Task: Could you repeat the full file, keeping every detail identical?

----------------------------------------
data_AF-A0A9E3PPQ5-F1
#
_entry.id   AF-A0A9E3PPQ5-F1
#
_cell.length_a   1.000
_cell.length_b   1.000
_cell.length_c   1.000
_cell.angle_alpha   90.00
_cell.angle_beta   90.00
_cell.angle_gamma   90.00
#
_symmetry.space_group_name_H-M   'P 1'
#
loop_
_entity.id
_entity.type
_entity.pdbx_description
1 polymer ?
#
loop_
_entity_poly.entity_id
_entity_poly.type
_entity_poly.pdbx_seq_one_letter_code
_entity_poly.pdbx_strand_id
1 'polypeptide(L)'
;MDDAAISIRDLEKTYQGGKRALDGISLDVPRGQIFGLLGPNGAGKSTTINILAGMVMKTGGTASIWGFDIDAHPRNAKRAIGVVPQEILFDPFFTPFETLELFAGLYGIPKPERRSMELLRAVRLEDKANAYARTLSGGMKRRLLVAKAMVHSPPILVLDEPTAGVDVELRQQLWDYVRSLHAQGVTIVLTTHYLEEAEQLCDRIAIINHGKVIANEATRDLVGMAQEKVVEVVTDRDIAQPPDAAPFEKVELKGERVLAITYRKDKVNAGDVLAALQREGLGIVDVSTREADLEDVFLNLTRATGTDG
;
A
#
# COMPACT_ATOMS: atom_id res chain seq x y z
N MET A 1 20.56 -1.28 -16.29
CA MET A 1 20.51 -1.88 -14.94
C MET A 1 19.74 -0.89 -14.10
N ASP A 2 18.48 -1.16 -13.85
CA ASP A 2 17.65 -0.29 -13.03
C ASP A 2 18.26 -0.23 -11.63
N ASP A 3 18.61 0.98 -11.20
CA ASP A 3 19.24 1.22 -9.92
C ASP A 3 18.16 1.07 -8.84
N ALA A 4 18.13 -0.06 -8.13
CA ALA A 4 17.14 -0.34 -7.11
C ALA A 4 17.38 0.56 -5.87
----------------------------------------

data_AF-A0A9E3PPQ5-F1
#
_entry.id   AF-A0A9E3PPQ5-F1
#
_cell.length_a   1.000
_cell.length_b   1.000
_cell.length_c   1.000
_cell.angle_alpha   90.00
_cell.angle_beta   90.00
_cell.angle_gamma   90.00
#
_symmetry.space_group_name_H-M   'P 1'
#
loop_
_entity.id
_entity.type
_entity.pdbx_description
1 polymer ?
#
loop_
_entity_poly.entity_id
_entity_poly.type
_entity_poly.pdbx_seq_one_letter_code
_entity_poly.pdbx_strand_id
1 'polypeptide(L)'
;MDDAAISIRDLEKTYQGGKRALDGISLDVPRGQIFGLLGPNGAGKSTTINILAGMVMKTGGTASIWGFDIDAHPRNAKRAIGVVPQEILFDPFFTPFETLELFAGLYGIPKPERRSMELLRAVRLEDKANAYARTLSGGMKRRLLVAKAMVHSPPILVLDEPTAGVDVELRQQLWDYVRSLHAQGVTIVLTTHYLEEAEQLCDRIAIINHGKVIANEATRDLVGMAQEKVVEVVTDRDIAQPPDAAPFEKVELKGERVLAITYRKDKVNAGDVLAALQREGLGIVDVSTREADLEDVFLNLTRATGTDG
;
A
#
# COMPACT_ATOMS: atom_id res chain seq x y z
N MET A 1 20.56 -1.28 -16.29
CA MET A 1 20.51 -1.88 -14.94
C MET A 1 19.74 -0.89 -14.10
N ASP A 2 18.48 -1.16 -13.85
CA ASP A 2 17.65 -0.29 -13.03
C ASP A 2 18.26 -0.23 -11.63
N ASP A 3 18.61 0.98 -11.20
CA ASP A 3 19.24 1.22 -9.92
C ASP A 3 18.16 1.07 -8.84
N ALA A 4 18.13 -0.06 -8.13
CA ALA A 4 17.14 -0.34 -7.11
C ALA A 4 17.38 0.56 -5.87